Since May 14, 2020, Maryland is carefully reopening from an easy lock-down caused by coronavirus spreading thru the community (and all over the world). In this post, I’ll go through all the variables we have on the MD Health Department dashboard. But first, the official data comes from the MD dashboard and if you want scientific information about COVID-19, please consult the CDC website. If you are interested, you can read my previous posts on COVID-19 in Maryland from this page.
Since my previous post (May 21), tests were broadened in some drive-thru locations for anyone to be tested (5/19 actually) and new testing sites were opened (map of sites here) and we had the Memorial Day weekend (5/25). On May 28, Gov. Hogan mentioned that “hospitalizations, ICUs, and testing positivity rates are the key metrics in determining Maryland’s road to recovery”. On May 27, Gov. Hogan announced that further reopening were taking place (outdoor dining, some outdoor activities for kids allowed, …) but still within Stage 1 (I called it “Stage 1b”).
In terms of hospitalizations, the graph above shows the number of patients currently hospitalized (green line). Since beginning of May, hospitalizations decreased, especially thanks to the decrease of patients in acute care (red line). Patients in ICU (Intensive Care Unit) decreased much slowly. This is probably due the severity of these patients, making them stay for a long time and released from ICU at a slower rate than patients in other departments. And the graph also shows that Maryland never needed the additional hospital beds prepared for a worst scenario.
The third key metric the Governor is looking at is testing positivity rate. The chart above represents, on top, the total number of tests reported on the MD Health Department dashboard (adding positive and negative test results). We learned that the Governor is actually not looking at the same positivity rate than the one we can compute from the dashboard:
- The dashboard report unique positive and negative tests. If someone was tested twice or more with the same result, it would have been reported only once. If the test result would change, it would have been reported once in each category.
- The Governor is looking at all positive and negative tests. If someone was tested twice or more, independently of the result, all tests results would have been counted here.
This difference probably explain why we see a daily number lower than 10,000, despite 500,000+ tests received by Governor from South Korea. But we can’t really say in which direction this difference would drive the testing positivity rate. If more positive tests were under-counted (i.e. counted once instead of the several times they were performed/received), the Governor would have seen a higher positivity rate than on the dashboard. More likely, if more negative tests were under-counted (i.e. negative people tested several times, but counted once), the Governor would have seen a lower positivity rate than on the dashboard. This last option would explain why the Governor decided to go on Stage 1 sooner than expected by just watching the dashboard.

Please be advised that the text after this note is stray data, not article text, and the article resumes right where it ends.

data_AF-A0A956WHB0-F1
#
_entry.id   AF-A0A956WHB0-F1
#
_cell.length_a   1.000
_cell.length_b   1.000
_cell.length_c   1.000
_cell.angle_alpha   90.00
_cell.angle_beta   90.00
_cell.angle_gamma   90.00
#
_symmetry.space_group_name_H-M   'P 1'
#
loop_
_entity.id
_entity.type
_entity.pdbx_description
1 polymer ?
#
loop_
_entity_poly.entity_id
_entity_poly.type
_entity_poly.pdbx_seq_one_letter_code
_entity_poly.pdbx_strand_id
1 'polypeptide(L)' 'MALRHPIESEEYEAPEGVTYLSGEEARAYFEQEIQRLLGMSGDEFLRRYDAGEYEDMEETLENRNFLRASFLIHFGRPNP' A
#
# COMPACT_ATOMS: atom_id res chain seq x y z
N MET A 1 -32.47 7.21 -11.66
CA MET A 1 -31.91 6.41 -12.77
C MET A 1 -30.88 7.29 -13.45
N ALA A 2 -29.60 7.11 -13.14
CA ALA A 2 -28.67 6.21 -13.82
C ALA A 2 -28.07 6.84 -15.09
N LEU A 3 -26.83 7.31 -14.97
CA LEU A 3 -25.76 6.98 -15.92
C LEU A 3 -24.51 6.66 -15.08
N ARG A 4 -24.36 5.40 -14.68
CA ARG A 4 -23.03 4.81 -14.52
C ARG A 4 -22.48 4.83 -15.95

Technically, as a side note, the data for the testing positivity rate that the Governor is looking at is not publicly shared. There is just a PDF with graphs. This difference in what is reported may also explain why, since test broadening (5/19), there was 5 days of ups and downs after which the rate stayed at about 10%.
At the level of the State of Maryland, we are not yet looking at the full picture: the last element (that doesn’t seem to be part of the key metrics) is deaths. So far (since mid-March), there have been 2,390 deaths due to COVID-19 in Maryland with a majority of them occurring in congregated facilities (nursing homes, prisons, etc.). With an about-weekly pattern (see below), the daily number of confirmed deaths also seem to decrease (although much slower than hospitalizations or positivity rate).
But if things seem good at the State level, the decision to reopen Maryland came with the empowerment of Counties (the government level below State) to follow or not the reopening. As noted before, if most counties followed the State in Stage 1, some counties did not (some like Prince Georges and Montgomery even remained “closed”). There is no straightforward way to follow hospitalizations in counties (they are not reported on the MD dashboard). But we can follow deaths in counties in the graph below. There it is a bit surprising to see that counties that re-opened, the % of deaths compared to May 15 is actually increasing (i.e. more daily deaths in counties that re-opened) (see blue dots and average in the blue line). On the other hand, % of daily deaths seems to decrease in counties that partially reopened or remained closed. But one should also note the huge confidence intervals around these averages.
Finally, about counties, the situation is about to get messier: since yesterday, Anne Arundel, Baltimore City and Howard counties further allowed some outdoor activities; and starting June 1st, Montgomery and Prince George’s counties, initially closed, will also start to allow some outdoor activities.
So, will it be the end of Stage 1 in Maryland? I think so. Most metrics that are publicly available are pointing in the right direction and, provided there is no outbreak in “pneumonia” like in California, I could see a cautious switch to Stage 2 in the coming days. Gov. Hogan tweeted that he could see Stage 2 during the first week of June.
To be continued …
As usual, you’ll find other graphs on my page about COVID-19 in Maryland and the data, code and figures are on Github.